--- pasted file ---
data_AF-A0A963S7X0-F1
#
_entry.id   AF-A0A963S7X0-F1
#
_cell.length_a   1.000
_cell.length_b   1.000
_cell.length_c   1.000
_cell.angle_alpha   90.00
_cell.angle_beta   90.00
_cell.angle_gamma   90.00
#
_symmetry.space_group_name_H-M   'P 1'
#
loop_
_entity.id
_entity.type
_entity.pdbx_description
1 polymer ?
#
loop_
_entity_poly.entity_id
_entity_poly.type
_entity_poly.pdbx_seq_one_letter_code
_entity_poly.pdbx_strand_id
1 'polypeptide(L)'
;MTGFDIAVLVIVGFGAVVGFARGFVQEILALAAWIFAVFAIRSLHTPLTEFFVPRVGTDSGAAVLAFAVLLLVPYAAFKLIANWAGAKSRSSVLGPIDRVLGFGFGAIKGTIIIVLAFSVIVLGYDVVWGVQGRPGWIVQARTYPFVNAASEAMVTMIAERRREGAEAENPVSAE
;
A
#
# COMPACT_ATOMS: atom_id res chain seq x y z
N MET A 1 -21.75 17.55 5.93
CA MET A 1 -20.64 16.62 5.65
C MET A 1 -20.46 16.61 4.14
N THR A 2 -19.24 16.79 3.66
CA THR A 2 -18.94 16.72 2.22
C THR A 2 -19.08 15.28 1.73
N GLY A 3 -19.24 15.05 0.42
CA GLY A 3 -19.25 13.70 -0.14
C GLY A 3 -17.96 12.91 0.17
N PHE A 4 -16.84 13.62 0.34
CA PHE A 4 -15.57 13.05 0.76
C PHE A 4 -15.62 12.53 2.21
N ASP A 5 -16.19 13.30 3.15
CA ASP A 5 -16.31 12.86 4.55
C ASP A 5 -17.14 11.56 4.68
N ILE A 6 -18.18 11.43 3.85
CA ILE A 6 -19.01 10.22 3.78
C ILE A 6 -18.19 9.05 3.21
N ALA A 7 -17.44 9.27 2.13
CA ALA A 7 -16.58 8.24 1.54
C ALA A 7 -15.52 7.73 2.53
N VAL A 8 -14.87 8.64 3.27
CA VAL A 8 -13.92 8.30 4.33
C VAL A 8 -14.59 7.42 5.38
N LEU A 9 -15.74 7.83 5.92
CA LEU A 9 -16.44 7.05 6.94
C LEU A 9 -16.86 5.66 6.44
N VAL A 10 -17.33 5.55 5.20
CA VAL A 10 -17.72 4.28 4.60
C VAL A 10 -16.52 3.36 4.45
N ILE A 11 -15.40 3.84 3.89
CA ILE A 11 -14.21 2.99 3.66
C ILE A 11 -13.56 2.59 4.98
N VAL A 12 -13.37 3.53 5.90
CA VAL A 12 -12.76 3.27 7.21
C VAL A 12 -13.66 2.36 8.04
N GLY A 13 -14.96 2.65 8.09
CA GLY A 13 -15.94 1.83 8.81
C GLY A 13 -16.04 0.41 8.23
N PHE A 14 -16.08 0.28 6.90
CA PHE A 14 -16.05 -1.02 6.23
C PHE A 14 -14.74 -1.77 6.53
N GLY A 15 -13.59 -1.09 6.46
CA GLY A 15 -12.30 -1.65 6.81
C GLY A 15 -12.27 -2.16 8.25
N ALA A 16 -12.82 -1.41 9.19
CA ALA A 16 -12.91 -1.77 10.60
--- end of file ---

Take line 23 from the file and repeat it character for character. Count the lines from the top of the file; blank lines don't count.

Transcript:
_entity_poly.pdbx_seq_one_letter_code